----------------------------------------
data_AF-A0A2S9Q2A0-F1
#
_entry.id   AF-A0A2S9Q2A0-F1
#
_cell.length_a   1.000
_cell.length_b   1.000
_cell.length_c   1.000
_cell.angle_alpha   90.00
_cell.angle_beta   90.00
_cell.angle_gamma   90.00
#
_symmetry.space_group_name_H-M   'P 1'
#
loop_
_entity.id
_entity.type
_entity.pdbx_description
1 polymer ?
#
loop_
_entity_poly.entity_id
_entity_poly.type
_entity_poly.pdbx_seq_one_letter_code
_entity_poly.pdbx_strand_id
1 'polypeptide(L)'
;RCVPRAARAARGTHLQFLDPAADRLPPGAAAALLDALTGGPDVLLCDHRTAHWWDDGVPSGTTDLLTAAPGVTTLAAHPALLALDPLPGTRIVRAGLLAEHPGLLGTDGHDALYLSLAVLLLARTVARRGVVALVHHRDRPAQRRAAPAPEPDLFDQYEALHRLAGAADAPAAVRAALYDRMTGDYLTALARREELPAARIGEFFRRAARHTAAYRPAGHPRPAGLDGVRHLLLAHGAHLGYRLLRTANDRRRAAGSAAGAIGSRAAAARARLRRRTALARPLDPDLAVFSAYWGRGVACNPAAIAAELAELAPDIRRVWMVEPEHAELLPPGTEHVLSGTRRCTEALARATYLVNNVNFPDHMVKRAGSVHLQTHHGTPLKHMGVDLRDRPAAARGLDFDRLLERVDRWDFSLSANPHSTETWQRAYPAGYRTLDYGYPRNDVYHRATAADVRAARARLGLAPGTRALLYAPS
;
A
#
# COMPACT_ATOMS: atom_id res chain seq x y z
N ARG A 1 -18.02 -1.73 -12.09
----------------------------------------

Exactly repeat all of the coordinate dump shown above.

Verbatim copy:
data_AF-A0A2S9Q2A0-F1
#
_entry.id   AF-A0A2S9Q2A0-F1
#
_cell.length_a   1.000
_cell.length_b   1.000
_cell.length_c   1.000
_cell.angle_alpha   90.00
_cell.angle_beta   90.00
_cell.angle_gamma   90.00
#
_symmetry.space_group_name_H-M   'P 1'
#
loop_
_entity.id
_entity.type
_entity.pdbx_description
1 polymer ?
#
loop_
_entity_poly.entity_id
_entity_poly.type
_entity_poly.pdbx_seq_one_letter_code
_entity_poly.pdbx_strand_id
1 'polypeptide(L)'
;RCVPRAARAARGTHLQFLDPAADRLPPGAAAALLDALTGGPDVLLCDHRTAHWWDDGVPSGTTDLLTAAPGVTTLAAHPALLALDPLPGTRIVRAGLLAEHPGLLGTDGHDALYLSLAVLLLARTVARRGVVALVHHRDRPAQRRAAPAPEPDLFDQYEALHRLAGAADAPAAVRAALYDRMTGDYLTALARREELPAARIGEFFRRAARHTAAYRPAGHPRPAGLDGVRHLLLAHGAHLGYRLLRTANDRRRAAGSAAGAIGSRAAAARARLRRRTALARPLDPDLAVFSAYWGRGVACNPAAIAAELAELAPDIRRVWMVEPEHAELLPPGTEHVLSGTRRCTEALARATYLVNNVNFPDHMVKRAGSVHLQTHHGTPLKHMGVDLRDRPAAARGLDFDRLLERVDRWDFSLSANPHSTETWQRAYPAGYRTLDYGYPRNDVYHRATAADVRAARARLGLAPGTRALLYAPS
;
A
#
# COMPACT_ATOMS: atom_id res chain seq x y z
N ARG A 1 -18.02 -1.73 -12.09